Tag Archives: Marine Le Pen


Ahead of this weekend’s voting, President Emmanuel Macron and rival Marine Le Pen held an acrimonious telly debate where they clashed over relations with Russia, the Islamic headscarf and the jab.

Via France 24:

The most explosive clash came when Le Pen confirmed she was sticking to her controversial policy of banning the wearing of the Islamic headscarf by women in public, describing it as a “uniform imposed by Islamists”.

Macron responded: “You are going to cause a civil war if you do that. I say this sincerely.”

She also vowed to put an end to “anarchic and massive” immigration into France, claiming it was worsening crime which she said was becoming “unbearable” for people all over the country.

Macron, Le Pen in final poll campaigning rush after bitter debate (France 24)



France 24

From top: Marine Le Pen; Jerome Riviera, Paddy Cosgrave

Email from Luan McKenna, of the Web Summit, to Mr Riviera, spokesperson for Marine Le Pen’s party (click to enlarge)

Yesterday, The international spokesman for Marine Le Pen’s French far-right party National Rally, Jerome Riviera, tweeted an email he received from Luan McKenna, of the Web Summit, on July 18, 2018.

It was a follow-up to an email Mr McKenna had sent two days previously in which he outlined the Web Summit’s plans for Ms Le Pen to attend the event in Lisbon, Portugal, later this year.

On July 18, Mr McKenna essentially resent his initial email which included the line:

“You mentioned that Marine would be interested in talking about ‘fake news’ and the responsibility tech companies have in stopping the spread of it. This is a very important topic for me and I would love to have Marine speak about this.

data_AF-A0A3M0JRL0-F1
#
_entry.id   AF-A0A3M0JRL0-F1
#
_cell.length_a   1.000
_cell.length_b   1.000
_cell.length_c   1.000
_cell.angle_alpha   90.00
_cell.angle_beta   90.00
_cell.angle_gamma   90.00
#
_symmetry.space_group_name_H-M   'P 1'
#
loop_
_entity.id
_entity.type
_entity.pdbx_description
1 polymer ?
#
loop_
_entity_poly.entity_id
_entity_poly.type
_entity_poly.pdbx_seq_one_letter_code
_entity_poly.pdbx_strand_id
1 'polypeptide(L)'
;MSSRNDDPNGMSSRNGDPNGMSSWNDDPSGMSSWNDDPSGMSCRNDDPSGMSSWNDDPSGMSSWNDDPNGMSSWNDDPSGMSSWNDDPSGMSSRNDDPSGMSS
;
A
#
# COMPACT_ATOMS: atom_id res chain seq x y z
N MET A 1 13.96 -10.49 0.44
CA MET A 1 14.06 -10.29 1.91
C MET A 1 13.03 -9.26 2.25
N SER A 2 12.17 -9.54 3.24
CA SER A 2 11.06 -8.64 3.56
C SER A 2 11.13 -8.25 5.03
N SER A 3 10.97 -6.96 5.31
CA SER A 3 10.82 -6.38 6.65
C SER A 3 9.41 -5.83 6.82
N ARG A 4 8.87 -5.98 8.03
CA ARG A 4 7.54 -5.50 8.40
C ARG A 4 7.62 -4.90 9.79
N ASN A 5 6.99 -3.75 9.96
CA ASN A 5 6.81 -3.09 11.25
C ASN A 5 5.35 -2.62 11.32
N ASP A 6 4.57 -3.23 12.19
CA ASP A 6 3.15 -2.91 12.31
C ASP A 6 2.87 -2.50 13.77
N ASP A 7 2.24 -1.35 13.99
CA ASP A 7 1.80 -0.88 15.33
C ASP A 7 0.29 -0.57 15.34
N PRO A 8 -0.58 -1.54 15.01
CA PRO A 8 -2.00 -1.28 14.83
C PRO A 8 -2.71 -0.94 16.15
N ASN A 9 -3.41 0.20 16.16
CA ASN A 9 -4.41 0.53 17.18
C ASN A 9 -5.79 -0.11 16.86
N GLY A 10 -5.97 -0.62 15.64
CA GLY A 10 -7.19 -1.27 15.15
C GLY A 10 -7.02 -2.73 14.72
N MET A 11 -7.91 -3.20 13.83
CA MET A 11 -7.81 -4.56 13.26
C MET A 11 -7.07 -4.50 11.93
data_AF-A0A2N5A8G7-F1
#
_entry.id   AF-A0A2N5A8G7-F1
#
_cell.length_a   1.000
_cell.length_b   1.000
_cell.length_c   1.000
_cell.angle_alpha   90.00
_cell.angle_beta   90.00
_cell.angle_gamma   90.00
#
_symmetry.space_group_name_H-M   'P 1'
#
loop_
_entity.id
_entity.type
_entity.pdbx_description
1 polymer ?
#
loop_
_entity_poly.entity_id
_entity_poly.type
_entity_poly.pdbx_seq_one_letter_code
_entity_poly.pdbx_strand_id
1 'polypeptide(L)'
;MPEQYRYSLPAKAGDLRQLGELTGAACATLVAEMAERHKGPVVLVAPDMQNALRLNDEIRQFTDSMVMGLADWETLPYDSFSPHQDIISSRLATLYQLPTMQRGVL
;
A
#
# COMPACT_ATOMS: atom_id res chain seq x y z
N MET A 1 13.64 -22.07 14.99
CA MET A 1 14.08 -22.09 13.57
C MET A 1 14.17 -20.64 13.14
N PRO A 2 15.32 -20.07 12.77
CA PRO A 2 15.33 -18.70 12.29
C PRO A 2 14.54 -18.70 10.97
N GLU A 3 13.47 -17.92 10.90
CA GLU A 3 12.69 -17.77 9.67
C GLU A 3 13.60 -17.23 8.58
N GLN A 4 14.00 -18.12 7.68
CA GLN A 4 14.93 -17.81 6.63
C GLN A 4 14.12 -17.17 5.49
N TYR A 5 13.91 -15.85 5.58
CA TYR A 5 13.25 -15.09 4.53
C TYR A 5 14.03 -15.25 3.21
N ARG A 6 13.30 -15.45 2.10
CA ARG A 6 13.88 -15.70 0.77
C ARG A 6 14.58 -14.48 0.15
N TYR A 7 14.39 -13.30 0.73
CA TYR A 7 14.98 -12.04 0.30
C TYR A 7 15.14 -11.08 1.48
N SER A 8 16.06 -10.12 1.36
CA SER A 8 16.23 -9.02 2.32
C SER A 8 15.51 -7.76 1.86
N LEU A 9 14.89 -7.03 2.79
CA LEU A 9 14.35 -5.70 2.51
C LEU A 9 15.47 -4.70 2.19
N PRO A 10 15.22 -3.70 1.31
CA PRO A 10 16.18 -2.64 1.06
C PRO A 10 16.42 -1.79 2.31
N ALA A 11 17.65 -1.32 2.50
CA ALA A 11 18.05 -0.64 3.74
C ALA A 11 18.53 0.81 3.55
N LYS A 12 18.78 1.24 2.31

“In terms of format, I mentioned on the phone that I would like to have Marine do two items. One would be a keynote address and the other would be a panel discussion. I would obviously check with you to make sure Marine was happy with any other panelists we suggest.”

After it was reported earlier this week that Ms Le Pen was lined up to speak at the Web Summit, and the decision was heavily criticised, it’s co-founder Paddy Cosgrave initially posted a blog post defending his decision.

He wrote:

Web Summit is a place where people should be prepared to have their opinions deeply challenged, and in turn to deeply challenge the opinions of others.”


“…these speakers are not invited to deliver an uncontested address, but are instead invited to have their views thoroughly challenged and scrutinised by a professional journalist.

Moreover they sit on a panel, surrounded by authoritative and alternative voices who will openly contest the extreme viewpoints of these speakers. This has always been the case, and will be the case with Marine Le Pen.”


On Wednesday, Mr Cosgrave rescinded the initiated to Ms Le Pen.

Previously: Le Plonker


Web Summit CEO Paddy Cosgrave, rebranded logo on twitter and tweet from journalist Philip O’Connor

Paddy Cosgrave has withdrawn his invitation for French far right politician Marine Le Pen to speak at his Web Summit in Lisbon, Portugal, in November.

In a series of tweets, he explained having Ms Le Pen at the event would be “disrespectful” to “our host country”.

Last night, he wrote a blog post defending his decision to invite her, saying

“…the easy decision for Web Summit is to shirk robust debate with those who hold extreme views of this nature. The easy decision for Web Summit is to rescind Marine Le Pen’s invitation.

“But for now we have chosen not to because we believe banning or attempting to ignore these views, which have been fanned in our view by technology, does little to furthering understanding.”

This afternoon, he tweeted the following…

Nice work, brah.

Earlier: A Limerick A Day




From top: Emmanuel Macron Francois Fillon and Marine Le Pen; Shene Heneghan